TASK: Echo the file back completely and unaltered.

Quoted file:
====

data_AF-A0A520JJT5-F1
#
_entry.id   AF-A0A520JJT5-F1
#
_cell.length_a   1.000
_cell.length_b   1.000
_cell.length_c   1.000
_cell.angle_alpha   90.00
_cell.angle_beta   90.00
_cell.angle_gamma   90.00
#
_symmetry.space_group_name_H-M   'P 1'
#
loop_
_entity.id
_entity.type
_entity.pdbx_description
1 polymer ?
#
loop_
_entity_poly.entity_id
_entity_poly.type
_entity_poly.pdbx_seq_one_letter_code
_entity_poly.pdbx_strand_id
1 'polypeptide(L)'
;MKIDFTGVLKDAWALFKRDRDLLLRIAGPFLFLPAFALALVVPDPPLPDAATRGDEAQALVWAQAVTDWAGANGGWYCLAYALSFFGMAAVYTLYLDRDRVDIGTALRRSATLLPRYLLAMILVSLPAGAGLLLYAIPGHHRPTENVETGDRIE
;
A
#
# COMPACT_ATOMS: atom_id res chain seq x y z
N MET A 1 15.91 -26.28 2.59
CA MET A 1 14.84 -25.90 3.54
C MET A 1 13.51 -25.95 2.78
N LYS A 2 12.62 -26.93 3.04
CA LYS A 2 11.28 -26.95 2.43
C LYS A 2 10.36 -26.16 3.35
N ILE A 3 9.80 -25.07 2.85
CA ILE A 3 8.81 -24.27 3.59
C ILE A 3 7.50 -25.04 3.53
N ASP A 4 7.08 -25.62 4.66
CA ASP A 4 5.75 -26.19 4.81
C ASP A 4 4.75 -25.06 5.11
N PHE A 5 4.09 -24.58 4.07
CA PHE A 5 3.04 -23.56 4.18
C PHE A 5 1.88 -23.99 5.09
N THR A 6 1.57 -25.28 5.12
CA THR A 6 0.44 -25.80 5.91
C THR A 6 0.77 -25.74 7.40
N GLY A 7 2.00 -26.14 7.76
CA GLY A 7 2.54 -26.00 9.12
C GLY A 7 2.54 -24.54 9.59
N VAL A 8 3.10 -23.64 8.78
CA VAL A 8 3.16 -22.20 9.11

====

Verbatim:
data_AF-A0A520JJT5-F1
#
_entry.id   AF-A0A520JJT5-F1
#
_cell.length_a   1.000
_cell.length_b   1.000
_cell.length_c   1.000
_cell.angle_alpha   90.00
_cell.angle_beta   90.00
_cell.angle_gamma   90.00
#
_symmetry.space_group_name_H-M   'P 1'
#
loop_
_entity.id
_entity.type
_entity.pdbx_description
1 polymer ?
#
loop_
_entity_poly.entity_id
_entity_poly.type
_entity_poly.pdbx_seq_one_letter_code
_entity_poly.pdbx_strand_id
1 'polypeptide(L)'
;MKIDFTGVLKDAWALFKRDRDLLLRIAGPFLFLPAFALALVVPDPPLPDAATRGDEAQALVWAQAVTDWAGANGGWYCLAYALSFFGMAAVYTLYLDRDRVDIGTALRRSATLLPRYLLAMILVSLPAGAGLLLYAIPGHHRPTENVETGDRIE
;
A
#
# COMPACT_ATOMS: atom_id res chain seq x y z
N MET A 1 15.91 -26.28 2.59
CA MET A 1 14.84 -25.90 3.54
C MET A 1 13.51 -25.95 2.78
N LYS A 2 12.62 -26.93 3.04
CA LYS A 2 11.28 -26.95 2.43
C LYS A 2 10.36 -26.16 3.35
N ILE A 3 9.80 -25.07 2.85
CA ILE A 3 8.81 -24.27 3.59
C ILE A 3 7.50 -25.04 3.53
N ASP A 4 7.08 -25.62 4.66
CA ASP A 4 5.75 -26.19 4.81
C ASP A 4 4.75 -25.06 5.11
N PHE A 5 4.09 -24.58 4.07
CA PHE A 5 3.04 -23.56 4.18
C PHE A 5 1.88 -23.99 5.09
N THR A 6 1.57 -25.28 5.12
CA THR A 6 0.44 -25.80 5.91
C THR A 6 0.77 -25.74 7.40
N GLY A 7 2.00 -26.14 7.76
CA GLY A 7 2.54 -26.00 9.12
C GLY A 7 2.54 -24.54 9.59
N VAL A 8 3.10 -23.64 8.78
CA VAL A 8 3.16 -22.20 9.11